Sex Made Easy
This book provides straightforward, practical answers to all kinds of sex questions, from female and male anatomy and sexual health, to toys and troubleshooting. The writing is informative, smart, accessible, and humorous at times; chapters include "Vulvalicious: Your Down-There Guide to Better Sex," "When Bodies Collide: The Good, the Bad, and the Sweaty Aspects of Partner Sex," "Sexploration: Giving Fantasies a Whirl," and many more.
Author Debby Herbenick, Ph.D, M.P.H., is a sex columnist, a sexual health educator at the Kinsey Institute, and the author of several other books on women's sexual health and pleasure.
268 pages. Author: Debby Herbenick. 2012.
One of our staff wrote this review:
Sex Made Easy: Your awkward questions answered—for better, smarter, amazing sex
Debby Herbenick, Ph.D.
Topic: A general sexuality guide based on the idea that “if you learn more about sex, you’re likely to feel more excited and confident being naked, having fun with your partner, tackling sex challenges together, taking care of your sexual health, and maybe even enjoying a few more orgasms than usual” [Introduction]. The chapters cover anatomy, sexual health, orgasms, partner sex, sex toys, fantasies, and balancing sexuality with life events. Each chapter includes a number of Q & A-style questions in a conversational tone, identifying specific questions that the author has been asked about sex. These questions range from general to unusual, and from serious to humorous.
Style: A mix of scientific, informative, conversational, and approachable. Herbenick is an effective sex educator, and she is able to communicate medically accurate, research-based information in a way that can reach her audience.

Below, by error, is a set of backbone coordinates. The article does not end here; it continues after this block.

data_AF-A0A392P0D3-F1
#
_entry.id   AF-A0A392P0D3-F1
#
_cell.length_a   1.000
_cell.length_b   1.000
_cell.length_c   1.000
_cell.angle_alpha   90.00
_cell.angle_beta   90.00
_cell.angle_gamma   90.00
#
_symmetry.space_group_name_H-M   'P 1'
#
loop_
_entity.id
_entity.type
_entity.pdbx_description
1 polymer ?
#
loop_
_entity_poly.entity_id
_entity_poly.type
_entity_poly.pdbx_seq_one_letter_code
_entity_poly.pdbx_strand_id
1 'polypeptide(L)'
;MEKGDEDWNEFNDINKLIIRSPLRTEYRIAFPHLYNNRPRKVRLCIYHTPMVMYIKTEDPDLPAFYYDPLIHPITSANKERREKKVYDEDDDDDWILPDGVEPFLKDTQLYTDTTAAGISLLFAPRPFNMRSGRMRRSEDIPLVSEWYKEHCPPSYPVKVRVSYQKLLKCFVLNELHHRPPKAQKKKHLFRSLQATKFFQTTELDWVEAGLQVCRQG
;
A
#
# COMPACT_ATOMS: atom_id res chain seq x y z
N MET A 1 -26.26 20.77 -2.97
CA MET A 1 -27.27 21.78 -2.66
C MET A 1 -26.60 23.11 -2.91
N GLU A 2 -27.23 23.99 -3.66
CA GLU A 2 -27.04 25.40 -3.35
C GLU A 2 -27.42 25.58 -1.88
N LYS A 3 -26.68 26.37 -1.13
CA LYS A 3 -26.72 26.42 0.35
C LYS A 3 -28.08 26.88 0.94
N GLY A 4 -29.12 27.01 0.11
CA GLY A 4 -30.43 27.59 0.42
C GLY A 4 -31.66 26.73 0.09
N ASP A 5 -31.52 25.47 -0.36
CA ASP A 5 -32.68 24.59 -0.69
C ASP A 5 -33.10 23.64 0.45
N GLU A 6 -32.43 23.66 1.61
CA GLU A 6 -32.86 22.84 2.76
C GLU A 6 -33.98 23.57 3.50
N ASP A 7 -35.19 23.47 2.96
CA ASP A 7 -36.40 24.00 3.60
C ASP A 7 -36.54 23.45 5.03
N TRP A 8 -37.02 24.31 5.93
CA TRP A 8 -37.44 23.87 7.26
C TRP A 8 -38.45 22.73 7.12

Who is this for? Though the book’s title suggests it’s written for everyone, and though it has information about sexual health and pleasure that would be useful to many people, the author writes for a female audience. Based on the tone, the information included, and the author’s approach to sexuality, the book would be most relevant for heterosexual women, though some questioning, bisexual and lesbian women may find parts of the book useful. People who may find this book useful and enjoyable: women looking for easy-to-read information on a wide variety of sexual topics; readers who like a problem-solving approach; readers who prefer a conversational format.
Who is this not for? Readers looking for in-depth information on any particular topic would be best off looking for books on that topic—they won’t find extensive information on any particular subject here. This book may not be very useful for many LGBTQ-identified folks, because though she mentions non-heterosexual relationships and tries to write inclusively, she doesn’t write specifically for them (especially when it comes to aspects of safer sex, she continually refers to condoms instead of the general term barriers). Most of the book contains references to women’s male partners and to male-female relationships.
Things I liked:
-The “Making it Easy” Q & A format helps readers find answers to their specific questions, rather than having to read the whole book at once. Readers can flip to specific chapters without missing a lot of background info, and Herbenick’s conversational tone is helpful at putting readers at ease and presenting the information in an approachable, non-science-speak way. The “What to do if…” summaries would be good for people looking for a little information on a lot of topics.
-The genital tours—of both female and male genitals—are accurate, accessible, and filled with useful information, not just for people learning how to pleasure their partners, but also people looking to learn more about their own sexual anatomy and function.
Notes from our staff:
1. Herbenick recommends desensitizing condoms for eager ejaculation, not something we would do.
2. Herbenick writes specifically for women, and mostly for women with male partners, but the book could be useful to everyone if she made her language more inclusive. The sections on male genital anatomy and sexual function are written for women to learn more about their male partners, but the information could really have been useful for men of all orientations as well.